abstract thinking
To make sense of seemingly inexplicable events, abstract thinking seeks out underlying meaning or overarching themes.

In the aftermath of a mass shooting, people scramble for answers, drawing on commonalities from earlier tragedies to make sense of things. While this may help simplify complex issues and relieve psychological tensions, it may create a false sense of understanding and further polarize individuals’ viewpoints, according to psychology researchers.

The need to understand why things happen — reducing “causal uncertainty” — is a powerful psychological motivator, promoting cognitive processes that help make the world seem more controllable or predictable. Some of these processes are intentional, systematic efforts, aimed at achieving a more accurate causal understanding. But others are spontaneous and automatic, producing abstract thoughts to help simplify complex problems.

A new study by researchers from the University of Nevada, Reno and The University of Texas at Austin, published in Current Directions in Psychological Science, focused on the latter.

“Abstract thinking has been shown to have positive as well as negative effects,” said Marlone Henderson, associate psychology professor at UT Austin and the study’s co-author. “On one hand, abstraction has been shown to help people deal with mood problems and facilitate cooperative problem solving. On the other, it promotes bias.” 

To make sense of seemingly inexplicable events, abstract thinking seeks out underlying meaning or overarching themes. “It may take the form of focusing on similarities across events or explaining behaviors with traits or higher-level goals,” said Jae-Eun Namkoong, assistant professor of marketing at the University of Nevada and the study’s co-author.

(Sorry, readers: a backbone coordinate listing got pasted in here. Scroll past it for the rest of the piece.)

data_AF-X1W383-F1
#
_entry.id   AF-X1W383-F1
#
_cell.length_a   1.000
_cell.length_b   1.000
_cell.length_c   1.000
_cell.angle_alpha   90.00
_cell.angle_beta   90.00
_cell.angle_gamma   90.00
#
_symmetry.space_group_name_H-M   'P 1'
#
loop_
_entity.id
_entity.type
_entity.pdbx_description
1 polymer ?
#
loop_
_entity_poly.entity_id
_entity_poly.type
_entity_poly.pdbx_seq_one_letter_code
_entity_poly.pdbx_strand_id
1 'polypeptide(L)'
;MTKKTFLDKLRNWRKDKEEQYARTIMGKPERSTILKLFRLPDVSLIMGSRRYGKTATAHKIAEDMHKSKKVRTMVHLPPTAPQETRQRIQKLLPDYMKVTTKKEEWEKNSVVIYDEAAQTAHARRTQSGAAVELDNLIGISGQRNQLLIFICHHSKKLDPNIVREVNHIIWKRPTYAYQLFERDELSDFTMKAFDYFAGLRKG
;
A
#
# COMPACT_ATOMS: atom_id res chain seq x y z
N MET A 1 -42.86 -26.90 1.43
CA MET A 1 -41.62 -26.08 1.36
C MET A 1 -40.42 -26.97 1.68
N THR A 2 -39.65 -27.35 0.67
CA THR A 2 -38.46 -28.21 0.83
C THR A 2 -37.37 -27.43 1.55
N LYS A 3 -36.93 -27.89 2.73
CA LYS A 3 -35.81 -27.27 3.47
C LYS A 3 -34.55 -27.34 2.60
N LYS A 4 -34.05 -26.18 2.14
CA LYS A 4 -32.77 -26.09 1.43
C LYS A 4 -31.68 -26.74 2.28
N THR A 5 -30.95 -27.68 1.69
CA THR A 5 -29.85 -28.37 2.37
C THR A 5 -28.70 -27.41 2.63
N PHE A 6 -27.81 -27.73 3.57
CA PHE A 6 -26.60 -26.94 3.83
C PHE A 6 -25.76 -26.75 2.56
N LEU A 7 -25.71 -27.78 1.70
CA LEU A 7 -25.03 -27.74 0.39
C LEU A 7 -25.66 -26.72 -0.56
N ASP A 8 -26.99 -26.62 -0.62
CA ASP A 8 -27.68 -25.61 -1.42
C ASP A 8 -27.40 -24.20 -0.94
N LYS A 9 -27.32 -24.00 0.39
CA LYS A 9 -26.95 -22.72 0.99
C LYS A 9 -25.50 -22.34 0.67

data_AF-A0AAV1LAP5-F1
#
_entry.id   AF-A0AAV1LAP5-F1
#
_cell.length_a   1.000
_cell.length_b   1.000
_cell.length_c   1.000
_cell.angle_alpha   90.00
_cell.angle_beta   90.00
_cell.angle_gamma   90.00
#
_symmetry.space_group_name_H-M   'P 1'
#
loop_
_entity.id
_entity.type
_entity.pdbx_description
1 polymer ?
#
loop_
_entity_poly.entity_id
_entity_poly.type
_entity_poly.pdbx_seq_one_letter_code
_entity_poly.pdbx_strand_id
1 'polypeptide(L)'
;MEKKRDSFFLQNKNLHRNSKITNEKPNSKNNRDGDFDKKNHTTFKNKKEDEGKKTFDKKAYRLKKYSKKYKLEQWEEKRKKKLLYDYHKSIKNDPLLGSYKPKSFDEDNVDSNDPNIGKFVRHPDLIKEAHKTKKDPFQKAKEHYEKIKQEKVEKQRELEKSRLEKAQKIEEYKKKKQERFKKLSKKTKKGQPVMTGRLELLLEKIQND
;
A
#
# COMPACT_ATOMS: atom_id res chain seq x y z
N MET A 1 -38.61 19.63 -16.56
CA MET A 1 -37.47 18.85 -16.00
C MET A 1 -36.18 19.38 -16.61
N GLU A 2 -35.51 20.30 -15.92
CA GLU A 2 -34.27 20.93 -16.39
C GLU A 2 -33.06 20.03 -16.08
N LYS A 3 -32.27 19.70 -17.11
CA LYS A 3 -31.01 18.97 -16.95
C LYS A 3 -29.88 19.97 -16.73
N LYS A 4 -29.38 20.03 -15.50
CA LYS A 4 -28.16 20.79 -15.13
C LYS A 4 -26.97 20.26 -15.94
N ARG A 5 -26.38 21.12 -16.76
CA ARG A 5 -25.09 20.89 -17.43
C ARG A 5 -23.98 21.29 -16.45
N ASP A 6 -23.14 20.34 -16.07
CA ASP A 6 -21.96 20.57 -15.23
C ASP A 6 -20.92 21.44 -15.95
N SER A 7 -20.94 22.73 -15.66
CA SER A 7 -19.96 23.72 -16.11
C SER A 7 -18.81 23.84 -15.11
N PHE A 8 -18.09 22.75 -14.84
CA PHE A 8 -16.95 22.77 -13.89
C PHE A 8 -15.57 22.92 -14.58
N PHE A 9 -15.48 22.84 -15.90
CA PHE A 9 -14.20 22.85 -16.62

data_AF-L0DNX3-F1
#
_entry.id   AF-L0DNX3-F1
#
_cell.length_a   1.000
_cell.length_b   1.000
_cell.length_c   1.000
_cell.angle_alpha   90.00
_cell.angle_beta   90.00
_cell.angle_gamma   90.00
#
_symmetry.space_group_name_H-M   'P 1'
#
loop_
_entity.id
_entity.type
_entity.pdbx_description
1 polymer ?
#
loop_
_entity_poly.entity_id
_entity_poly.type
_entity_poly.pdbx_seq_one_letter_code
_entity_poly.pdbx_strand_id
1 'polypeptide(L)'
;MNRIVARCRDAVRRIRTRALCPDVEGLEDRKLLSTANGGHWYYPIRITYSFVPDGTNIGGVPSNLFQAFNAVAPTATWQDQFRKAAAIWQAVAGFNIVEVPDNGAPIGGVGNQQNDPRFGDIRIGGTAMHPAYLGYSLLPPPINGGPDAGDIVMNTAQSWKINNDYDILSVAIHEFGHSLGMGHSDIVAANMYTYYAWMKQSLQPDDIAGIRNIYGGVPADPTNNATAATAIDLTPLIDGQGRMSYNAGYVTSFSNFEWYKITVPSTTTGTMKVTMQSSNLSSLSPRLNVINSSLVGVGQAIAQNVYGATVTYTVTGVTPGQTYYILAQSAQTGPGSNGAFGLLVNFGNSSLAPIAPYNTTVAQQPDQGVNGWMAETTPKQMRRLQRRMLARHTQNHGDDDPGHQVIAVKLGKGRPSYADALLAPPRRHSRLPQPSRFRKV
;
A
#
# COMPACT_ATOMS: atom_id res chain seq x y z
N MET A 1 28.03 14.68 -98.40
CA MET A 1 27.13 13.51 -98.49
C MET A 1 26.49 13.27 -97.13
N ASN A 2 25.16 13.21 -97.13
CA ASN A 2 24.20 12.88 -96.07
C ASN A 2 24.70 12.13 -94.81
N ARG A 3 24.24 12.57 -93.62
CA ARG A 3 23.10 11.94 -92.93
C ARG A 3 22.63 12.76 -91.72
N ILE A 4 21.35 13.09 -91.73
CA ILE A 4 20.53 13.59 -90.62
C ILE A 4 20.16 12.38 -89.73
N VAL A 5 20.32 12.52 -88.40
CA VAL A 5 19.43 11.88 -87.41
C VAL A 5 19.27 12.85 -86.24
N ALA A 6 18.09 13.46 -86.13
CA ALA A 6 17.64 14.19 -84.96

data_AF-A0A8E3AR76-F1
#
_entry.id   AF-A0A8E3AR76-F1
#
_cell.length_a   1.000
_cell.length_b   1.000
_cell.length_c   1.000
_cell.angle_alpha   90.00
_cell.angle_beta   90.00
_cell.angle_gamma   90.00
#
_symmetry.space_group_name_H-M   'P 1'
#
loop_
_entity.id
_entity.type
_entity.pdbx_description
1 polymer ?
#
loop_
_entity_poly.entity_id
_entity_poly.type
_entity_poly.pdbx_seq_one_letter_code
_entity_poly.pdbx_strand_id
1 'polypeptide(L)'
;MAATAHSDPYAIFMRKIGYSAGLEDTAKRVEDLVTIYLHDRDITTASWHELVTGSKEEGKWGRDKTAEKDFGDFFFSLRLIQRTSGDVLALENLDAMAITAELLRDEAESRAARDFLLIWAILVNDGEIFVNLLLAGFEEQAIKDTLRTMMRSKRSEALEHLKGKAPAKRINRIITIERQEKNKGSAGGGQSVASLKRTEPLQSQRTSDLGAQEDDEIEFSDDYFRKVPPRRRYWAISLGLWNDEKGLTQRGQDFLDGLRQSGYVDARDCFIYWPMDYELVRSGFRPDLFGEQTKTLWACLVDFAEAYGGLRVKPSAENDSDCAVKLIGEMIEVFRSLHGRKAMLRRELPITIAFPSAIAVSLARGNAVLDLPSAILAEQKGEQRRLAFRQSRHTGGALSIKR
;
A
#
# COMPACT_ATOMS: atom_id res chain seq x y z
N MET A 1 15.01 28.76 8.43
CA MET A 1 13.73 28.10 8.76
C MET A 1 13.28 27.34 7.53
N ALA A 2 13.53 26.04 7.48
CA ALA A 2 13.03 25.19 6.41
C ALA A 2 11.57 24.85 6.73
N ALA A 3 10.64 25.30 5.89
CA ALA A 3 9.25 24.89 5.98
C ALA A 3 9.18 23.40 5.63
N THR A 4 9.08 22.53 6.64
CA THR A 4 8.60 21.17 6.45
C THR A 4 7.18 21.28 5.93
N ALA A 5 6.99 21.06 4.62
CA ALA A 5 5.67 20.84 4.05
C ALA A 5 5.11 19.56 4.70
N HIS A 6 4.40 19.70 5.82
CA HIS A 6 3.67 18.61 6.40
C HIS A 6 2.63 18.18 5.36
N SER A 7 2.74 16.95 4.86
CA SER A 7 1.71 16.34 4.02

Past research suggests abstract thinking happens spontaneously and outside of awareness, as a natural motivation response to causal uncertainty that helps achieve a sense of understanding.

“It’s possible that abstract thinking makes causal understanding seem less overwhelming, which might then make individuals more psychologically prepared to systematically break down a problem,” said Henderson.

This could be a good thing, considering the negative behaviors causal uncertainty has been associated with, such as neuroticism, anxiety and depression, as well as alcohol use. The researchers suggested future research could examine abstract thinking as a “defense or coping mechanism,” since it may provide psychological distance from a traumatic event and reduce the intensity of emotional reactions.

In a prior study, Namkoong and Henderson found that during times of widespread causal uncertainty, people responded more positively when messages from leaders used more abstract language, rather than those that focused on concrete details. They warn that while this automatic, abstract response may help people better digest complex issues, it could oversimplify an issue or “tease” people into thinking they know better about why something happened without actually gaining any additional information, though researchers said more research is needed in this area.

“A simplified causal explanation would mean a greater conviction in a smaller number of potential causes,” Namkoong said. “This can lead individuals to become more single-minded and perhaps even more extreme in their beliefs, discounting information that rejects one’s own causal beliefs, or ignoring nuances and complexity surrounding the causes behind events.”